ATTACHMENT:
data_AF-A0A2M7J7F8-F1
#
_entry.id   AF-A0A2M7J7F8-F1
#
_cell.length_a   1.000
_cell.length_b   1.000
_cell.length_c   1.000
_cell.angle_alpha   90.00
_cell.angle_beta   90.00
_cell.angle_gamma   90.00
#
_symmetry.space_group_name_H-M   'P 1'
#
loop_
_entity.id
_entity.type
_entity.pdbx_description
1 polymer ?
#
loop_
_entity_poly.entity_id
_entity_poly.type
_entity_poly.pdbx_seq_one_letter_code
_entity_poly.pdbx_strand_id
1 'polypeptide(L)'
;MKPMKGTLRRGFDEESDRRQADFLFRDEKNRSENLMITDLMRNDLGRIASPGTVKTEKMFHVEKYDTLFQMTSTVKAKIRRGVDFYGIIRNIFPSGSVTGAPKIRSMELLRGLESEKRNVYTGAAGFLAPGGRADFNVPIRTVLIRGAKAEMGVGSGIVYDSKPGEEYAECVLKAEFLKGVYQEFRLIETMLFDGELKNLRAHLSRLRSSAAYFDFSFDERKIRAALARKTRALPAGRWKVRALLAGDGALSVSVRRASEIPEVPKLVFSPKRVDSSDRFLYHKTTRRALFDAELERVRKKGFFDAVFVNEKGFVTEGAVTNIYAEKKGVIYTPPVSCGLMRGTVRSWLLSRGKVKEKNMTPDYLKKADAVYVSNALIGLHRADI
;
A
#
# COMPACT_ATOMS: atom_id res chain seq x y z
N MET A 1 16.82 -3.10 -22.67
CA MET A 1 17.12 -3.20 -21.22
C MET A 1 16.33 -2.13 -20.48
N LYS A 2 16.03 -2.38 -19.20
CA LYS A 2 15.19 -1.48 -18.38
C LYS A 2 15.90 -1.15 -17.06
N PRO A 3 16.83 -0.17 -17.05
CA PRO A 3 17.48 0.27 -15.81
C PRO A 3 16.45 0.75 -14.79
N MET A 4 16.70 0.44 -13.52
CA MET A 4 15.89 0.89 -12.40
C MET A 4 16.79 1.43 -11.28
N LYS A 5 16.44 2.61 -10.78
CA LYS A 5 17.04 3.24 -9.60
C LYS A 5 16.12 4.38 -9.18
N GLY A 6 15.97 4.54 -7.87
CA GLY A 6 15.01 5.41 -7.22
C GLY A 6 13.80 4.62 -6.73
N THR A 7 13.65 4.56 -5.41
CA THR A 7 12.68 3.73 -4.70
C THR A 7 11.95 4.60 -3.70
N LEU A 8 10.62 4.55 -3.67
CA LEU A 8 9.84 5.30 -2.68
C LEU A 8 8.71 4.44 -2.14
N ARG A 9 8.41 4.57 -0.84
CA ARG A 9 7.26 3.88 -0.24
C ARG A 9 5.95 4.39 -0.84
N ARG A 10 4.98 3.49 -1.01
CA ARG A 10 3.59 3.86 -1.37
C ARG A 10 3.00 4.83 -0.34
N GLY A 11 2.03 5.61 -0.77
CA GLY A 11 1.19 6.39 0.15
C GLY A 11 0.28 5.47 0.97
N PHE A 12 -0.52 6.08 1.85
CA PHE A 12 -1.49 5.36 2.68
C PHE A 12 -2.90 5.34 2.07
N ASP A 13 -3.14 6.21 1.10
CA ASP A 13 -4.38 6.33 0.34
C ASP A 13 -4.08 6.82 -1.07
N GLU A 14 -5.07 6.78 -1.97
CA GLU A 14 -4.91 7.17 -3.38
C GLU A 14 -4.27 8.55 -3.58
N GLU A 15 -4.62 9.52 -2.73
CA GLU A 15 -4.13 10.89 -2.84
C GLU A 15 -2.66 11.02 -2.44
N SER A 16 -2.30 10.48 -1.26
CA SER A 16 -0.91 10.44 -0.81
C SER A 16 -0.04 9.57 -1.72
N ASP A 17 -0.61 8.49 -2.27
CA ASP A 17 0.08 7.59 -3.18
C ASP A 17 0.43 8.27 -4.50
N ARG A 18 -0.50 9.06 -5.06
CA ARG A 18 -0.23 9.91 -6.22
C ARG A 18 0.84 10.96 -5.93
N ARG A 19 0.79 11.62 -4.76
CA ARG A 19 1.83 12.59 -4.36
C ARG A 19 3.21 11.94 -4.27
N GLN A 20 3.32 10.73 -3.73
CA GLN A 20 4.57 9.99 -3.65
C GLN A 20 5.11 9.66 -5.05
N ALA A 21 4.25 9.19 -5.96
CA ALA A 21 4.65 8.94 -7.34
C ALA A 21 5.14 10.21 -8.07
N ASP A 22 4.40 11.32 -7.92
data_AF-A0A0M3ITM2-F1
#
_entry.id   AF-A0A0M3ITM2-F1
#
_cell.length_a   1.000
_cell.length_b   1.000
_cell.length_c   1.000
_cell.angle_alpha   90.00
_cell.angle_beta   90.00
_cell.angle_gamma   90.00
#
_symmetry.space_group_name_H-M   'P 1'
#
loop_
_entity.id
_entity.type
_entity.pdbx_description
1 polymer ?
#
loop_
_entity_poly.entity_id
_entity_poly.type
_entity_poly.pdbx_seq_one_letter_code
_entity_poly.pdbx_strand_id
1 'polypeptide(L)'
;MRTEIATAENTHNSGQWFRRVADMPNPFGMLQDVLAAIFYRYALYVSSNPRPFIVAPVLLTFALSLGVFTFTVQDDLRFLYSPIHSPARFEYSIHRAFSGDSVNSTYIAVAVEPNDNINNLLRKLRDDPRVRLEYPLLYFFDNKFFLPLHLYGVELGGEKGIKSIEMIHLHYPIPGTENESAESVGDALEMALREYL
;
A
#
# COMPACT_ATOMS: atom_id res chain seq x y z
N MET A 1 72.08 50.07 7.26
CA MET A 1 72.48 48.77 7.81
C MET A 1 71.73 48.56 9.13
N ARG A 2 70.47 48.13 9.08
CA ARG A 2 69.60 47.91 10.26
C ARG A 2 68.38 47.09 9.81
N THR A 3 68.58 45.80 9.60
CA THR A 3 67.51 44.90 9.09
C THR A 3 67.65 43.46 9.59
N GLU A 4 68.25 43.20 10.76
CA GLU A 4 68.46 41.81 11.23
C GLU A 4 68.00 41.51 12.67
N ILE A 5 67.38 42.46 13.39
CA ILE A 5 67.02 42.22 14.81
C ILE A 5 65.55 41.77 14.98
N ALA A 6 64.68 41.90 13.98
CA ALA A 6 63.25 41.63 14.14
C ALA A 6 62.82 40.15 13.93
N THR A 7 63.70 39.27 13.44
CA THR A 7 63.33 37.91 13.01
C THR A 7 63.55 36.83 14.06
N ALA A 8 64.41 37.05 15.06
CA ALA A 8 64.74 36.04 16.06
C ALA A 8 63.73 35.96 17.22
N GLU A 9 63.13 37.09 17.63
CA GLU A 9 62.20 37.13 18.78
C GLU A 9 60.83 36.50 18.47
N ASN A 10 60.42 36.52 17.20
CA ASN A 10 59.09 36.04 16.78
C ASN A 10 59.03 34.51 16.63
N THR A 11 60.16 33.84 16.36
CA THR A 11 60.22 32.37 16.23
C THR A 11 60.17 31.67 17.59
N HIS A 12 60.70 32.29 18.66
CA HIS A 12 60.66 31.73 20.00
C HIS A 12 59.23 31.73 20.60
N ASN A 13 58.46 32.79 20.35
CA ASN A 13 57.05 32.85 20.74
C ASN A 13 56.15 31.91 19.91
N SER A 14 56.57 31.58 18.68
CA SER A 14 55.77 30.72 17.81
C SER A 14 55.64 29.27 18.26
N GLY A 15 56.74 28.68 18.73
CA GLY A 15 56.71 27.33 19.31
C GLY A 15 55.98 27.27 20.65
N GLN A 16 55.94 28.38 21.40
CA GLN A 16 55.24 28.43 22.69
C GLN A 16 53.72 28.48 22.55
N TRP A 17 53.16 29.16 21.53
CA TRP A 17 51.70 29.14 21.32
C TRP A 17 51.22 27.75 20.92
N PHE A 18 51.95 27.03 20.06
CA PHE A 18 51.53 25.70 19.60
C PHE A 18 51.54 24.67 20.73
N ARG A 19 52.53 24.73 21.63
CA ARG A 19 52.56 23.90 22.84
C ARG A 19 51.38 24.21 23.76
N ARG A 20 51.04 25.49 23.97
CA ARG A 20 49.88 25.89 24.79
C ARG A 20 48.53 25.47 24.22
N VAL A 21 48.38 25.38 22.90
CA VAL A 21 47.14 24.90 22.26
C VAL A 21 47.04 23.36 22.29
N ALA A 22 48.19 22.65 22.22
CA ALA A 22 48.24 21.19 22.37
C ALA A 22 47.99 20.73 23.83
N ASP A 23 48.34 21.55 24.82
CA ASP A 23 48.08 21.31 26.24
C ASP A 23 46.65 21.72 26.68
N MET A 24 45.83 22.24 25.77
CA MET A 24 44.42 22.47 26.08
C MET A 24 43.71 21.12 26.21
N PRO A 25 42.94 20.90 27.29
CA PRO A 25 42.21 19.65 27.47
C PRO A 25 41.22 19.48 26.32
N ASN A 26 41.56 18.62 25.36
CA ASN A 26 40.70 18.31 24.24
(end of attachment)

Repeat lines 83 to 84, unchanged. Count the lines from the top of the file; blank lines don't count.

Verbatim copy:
CA ARG A 18 -0.23 9.91 -6.22
C ARG A 18 0.84 10.96 -5.93